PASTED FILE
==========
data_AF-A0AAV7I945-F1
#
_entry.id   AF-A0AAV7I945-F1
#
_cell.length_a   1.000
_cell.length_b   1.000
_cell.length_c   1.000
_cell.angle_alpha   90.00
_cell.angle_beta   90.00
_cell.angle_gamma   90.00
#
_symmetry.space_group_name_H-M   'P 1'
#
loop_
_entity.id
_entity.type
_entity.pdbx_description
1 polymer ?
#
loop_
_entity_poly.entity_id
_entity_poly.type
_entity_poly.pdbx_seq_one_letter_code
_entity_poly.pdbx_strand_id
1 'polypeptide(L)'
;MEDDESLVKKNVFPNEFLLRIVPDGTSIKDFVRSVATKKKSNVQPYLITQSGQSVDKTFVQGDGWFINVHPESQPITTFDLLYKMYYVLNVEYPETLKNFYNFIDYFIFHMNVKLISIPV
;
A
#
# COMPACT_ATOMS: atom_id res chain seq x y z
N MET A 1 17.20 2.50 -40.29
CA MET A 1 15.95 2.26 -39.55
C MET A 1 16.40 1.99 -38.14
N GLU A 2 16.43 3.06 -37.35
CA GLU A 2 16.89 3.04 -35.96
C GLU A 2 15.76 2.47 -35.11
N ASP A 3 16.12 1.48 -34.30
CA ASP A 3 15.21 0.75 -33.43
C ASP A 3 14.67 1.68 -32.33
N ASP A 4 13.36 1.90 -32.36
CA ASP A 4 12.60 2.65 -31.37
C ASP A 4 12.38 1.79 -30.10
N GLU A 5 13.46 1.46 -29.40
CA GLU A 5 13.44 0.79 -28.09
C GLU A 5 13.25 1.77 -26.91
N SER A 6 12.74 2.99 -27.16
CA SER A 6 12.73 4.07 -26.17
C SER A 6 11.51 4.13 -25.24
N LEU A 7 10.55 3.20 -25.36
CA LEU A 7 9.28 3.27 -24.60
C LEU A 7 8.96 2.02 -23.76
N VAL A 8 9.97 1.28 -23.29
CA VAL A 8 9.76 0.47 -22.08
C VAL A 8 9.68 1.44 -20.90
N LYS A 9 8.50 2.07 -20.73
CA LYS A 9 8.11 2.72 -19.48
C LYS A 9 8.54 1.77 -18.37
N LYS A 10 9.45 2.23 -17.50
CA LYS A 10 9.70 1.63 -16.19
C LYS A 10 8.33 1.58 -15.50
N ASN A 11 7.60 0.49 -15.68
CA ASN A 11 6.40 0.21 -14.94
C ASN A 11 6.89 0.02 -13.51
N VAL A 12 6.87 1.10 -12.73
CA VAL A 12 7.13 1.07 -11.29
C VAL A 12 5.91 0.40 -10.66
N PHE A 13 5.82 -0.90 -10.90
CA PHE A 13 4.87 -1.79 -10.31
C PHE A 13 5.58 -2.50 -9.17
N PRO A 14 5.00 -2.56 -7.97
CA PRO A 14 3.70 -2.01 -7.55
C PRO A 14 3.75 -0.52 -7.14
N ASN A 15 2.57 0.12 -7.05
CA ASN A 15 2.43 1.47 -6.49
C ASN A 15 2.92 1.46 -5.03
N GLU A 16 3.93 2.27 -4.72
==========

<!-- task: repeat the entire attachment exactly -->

data_AF-A0AAV7I945-F1
#
_entry.id   AF-A0AAV7I945-F1
#
_cell.length_a   1.000
_cell.length_b   1.000
_cell.length_c   1.000
_cell.angle_alpha   90.00
_cell.angle_beta   90.00
_cell.angle_gamma   90.00
#
_symmetry.space_group_name_H-M   'P 1'
#
loop_
_entity.id
_entity.type
_entity.pdbx_description
1 polymer ?
#
loop_
_entity_poly.entity_id
_entity_poly.type
_entity_poly.pdbx_seq_one_letter_code
_entity_poly.pdbx_strand_id
1 'polypeptide(L)'
;MEDDESLVKKNVFPNEFLLRIVPDGTSIKDFVRSVATKKKSNVQPYLITQSGQSVDKTFVQGDGWFINVHPESQPITTFDLLYKMYYVLNVEYPETLKNFYNFIDYFIFHMNVKLISIPV
;
A
#
# COMPACT_ATOMS: atom_id res chain seq x y z
N MET A 1 17.20 2.50 -40.29
CA MET A 1 15.95 2.26 -39.55
C MET A 1 16.40 1.99 -38.14
N GLU A 2 16.43 3.06 -37.35
CA GLU A 2 16.89 3.04 -35.96
C GLU A 2 15.76 2.47 -35.11
N ASP A 3 16.12 1.48 -34.30
CA ASP A 3 15.21 0.75 -33.43
C ASP A 3 14.67 1.68 -32.33
N ASP A 4 13.36 1.90 -32.36
CA ASP A 4 12.60 2.65 -31.37
C ASP A 4 12.38 1.79 -30.10
N GLU A 5 13.46 1.46 -29.40
CA GLU A 5 13.44 0.79 -28.09
C GLU A 5 13.25 1.77 -26.91
N SER A 6 12.74 2.99 -27.16
CA SER A 6 12.73 4.07 -26.17
C SER A 6 11.51 4.13 -25.24
N LEU A 7 10.55 3.20 -25.36
CA LEU A 7 9.28 3.27 -24.60
C LEU A 7 8.96 2.02 -23.76
N VAL A 8 9.97 1.28 -23.29
CA VAL A 8 9.76 0.47 -22.08
C VAL A 8 9.68 1.44 -20.90
N LYS A 9 8.50 2.07 -20.73
CA LYS A 9 8.11 2.72 -19.48
C LYS A 9 8.54 1.77 -18.37
N LYS A 10 9.45 2.23 -17.50
CA LYS A 10 9.70 1.63 -16.19
C LYS A 10 8.33 1.58 -15.50
N ASN A 11 7.60 0.49 -15.68
CA ASN A 11 6.40 0.21 -14.94
C ASN A 11 6.89 0.02 -13.51
N VAL A 12 6.87 1.10 -12.73
CA VAL A 12 7.13 1.07 -11.29
C VAL A 12 5.91 0.40 -10.66
N PHE A 13 5.82 -0.90 -10.90
CA PHE A 13 4.87 -1.79 -10.31
C PHE A 13 5.58 -2.50 -9.17
N PRO A 14 5.00 -2.56 -7.97
CA PRO A 14 3.70 -2.01 -7.55
C PRO A 14 3.75 -0.52 -7.14
N ASN A 15 2.57 0.12 -7.05
CA ASN A 15 2.43 1.47 -6.49
C ASN A 15 2.92 1.46 -5.03
N GLU A 16 3.93 2.27 -4.72